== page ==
When I began to start experiencing the mildest form of claustrophobia (it’s one thing saying ‘you could have got off the train instead of recording an audioboo’ but actually getting to the door was an entirely different and fundamentally unrealistic challenge – as I was quick to point out to the man whose nose was wedged in the middle of my back) I reckoned I felt that fear people who feel trapped in similar situations do.

I could see how people can get crushed. Such simple things as being able to exit from a space had suddenly become impossible. If I had to get out of this place quickly, I wasn’t going to be able to.

True, there was unlikely to be a rush anywhere. There wasn’t a massive crowd of people behind pushing to get out. But still, in that confined space I felt a mild form of that fear.

And still that blasted woman squawked her tiresome cliches. Sweaty men seemingly bowled over by their unsually close proximity to a beauty with bleach blonde hair and inches of foundation found it difficult to resist her apparent charms. Being a gay man in my late thirties I was, thankfully, able to retain my deep seated resentment and rely on my sarcasm. Sadly, it did little to ease the situation nor free up any space.

Most would jump at an opportunity to blame corporations or find some professional in whose a spot of finger wagging could be done. That’s the easy thing.
No, instead. I’d like to say now what I rather wished I’d had the nerve to say when I was in the carriage pinned up against various South East Londoners just after midnight.

Pushing as far as you dare and then some isn’t really as funny as you think it is. There is no spirit of camaraderie to tap into. It’s painfully uncomfortable for the rest of us. Don’t do it. Think twice before you barge your way into the carriage. Because you damn well that if anything hideous happened to a train packed with commuters, then you lot would probably be the first to start bleating that not enough was done to prevent something like that happening. Assuming of course you escaped from such a horrific event alive and unscathed.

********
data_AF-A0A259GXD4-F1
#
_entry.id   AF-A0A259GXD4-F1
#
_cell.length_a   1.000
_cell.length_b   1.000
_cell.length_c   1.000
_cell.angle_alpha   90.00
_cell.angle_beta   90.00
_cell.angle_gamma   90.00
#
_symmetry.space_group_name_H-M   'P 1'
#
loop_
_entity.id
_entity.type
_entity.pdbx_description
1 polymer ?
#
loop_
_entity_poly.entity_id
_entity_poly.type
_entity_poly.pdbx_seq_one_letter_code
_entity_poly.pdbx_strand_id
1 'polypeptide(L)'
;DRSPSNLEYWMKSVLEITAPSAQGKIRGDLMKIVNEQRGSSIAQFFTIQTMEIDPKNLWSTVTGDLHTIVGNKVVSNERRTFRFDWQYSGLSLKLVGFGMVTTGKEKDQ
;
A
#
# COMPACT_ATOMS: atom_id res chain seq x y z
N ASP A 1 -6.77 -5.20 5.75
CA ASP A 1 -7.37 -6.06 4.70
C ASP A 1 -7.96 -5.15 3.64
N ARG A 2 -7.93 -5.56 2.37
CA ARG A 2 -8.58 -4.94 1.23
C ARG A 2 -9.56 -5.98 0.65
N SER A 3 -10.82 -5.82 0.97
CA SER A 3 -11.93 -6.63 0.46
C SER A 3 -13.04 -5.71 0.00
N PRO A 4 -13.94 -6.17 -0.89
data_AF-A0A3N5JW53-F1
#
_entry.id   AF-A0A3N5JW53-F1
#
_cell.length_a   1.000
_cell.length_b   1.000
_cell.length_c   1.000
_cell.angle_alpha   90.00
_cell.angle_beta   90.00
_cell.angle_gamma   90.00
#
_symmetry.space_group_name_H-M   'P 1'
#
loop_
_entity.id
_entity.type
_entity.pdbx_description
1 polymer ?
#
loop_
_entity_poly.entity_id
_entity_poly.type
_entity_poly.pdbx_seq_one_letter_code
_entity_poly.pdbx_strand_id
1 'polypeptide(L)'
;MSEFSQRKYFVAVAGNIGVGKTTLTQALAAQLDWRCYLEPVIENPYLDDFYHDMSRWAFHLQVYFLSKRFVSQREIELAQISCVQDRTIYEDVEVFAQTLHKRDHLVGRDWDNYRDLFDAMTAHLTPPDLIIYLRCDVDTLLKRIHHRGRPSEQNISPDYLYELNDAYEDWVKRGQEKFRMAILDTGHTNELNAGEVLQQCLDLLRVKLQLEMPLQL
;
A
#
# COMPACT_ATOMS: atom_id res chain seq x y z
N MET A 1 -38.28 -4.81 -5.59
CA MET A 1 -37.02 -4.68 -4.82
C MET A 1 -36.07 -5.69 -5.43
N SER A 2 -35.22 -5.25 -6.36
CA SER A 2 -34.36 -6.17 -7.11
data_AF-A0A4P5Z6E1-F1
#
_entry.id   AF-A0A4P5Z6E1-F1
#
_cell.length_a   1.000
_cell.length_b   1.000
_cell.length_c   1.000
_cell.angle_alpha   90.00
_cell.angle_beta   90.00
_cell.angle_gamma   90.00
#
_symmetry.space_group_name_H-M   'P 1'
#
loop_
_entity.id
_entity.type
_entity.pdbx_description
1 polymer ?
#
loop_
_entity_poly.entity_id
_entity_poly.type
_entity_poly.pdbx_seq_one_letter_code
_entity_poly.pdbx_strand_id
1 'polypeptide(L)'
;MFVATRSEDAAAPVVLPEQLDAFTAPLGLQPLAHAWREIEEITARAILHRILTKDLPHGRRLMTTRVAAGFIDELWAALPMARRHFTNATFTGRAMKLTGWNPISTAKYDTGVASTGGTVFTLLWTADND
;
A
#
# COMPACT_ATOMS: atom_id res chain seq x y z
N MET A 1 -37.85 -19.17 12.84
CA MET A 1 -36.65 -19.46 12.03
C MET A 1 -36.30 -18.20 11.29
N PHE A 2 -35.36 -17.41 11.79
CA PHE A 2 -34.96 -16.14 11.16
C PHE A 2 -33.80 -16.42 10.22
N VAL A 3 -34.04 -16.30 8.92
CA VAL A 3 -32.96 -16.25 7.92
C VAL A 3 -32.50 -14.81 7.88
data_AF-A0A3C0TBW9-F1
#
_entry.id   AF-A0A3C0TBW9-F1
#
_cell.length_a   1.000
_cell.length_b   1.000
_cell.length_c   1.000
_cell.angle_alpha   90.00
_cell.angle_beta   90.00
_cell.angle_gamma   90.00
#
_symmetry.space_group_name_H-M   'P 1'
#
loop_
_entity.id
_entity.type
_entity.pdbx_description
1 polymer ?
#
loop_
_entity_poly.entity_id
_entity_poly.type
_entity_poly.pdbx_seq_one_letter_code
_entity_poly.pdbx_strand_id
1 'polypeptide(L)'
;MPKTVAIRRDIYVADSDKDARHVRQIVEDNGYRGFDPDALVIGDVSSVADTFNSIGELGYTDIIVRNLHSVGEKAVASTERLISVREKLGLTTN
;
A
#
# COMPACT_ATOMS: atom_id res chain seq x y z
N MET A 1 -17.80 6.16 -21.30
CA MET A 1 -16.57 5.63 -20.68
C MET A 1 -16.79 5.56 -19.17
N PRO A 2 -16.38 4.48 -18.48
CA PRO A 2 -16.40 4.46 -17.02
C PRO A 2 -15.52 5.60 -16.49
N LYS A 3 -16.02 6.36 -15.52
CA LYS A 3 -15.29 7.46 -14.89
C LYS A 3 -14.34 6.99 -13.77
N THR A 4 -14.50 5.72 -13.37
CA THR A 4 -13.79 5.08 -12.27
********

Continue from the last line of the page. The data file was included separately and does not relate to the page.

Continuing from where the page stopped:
Happy Christmas.

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2 Comments
  1. This brings back very vivid memories of journeys home from work over 25 years ago & the delights of the underground. I never “suffered” from cameraderie and seemed to spend my entire life not making eye contact with people whilst trying to avoid breathing in anything that they breathed out and not making contact with strange fellow travellers’ bodyparts – all this, whilst keeping up a stream of grumbly and barely audible muttering. It was one of the aspects of London that I really didn’t miss at all and one that I hope to avoid, if at all possible, in the future. Yes, indeed, happy Christmas (humbug!)

  2. Chris permalink

    That all sounds very unpleasant and not a little frightening. Having lived much of my life in quiet villages I *can* find those crowded trains threatening and scary. Next time take the Finnish songs with you on your Ipod.

    Late 30s? That makes me early 50s. I don’t think so, somehow!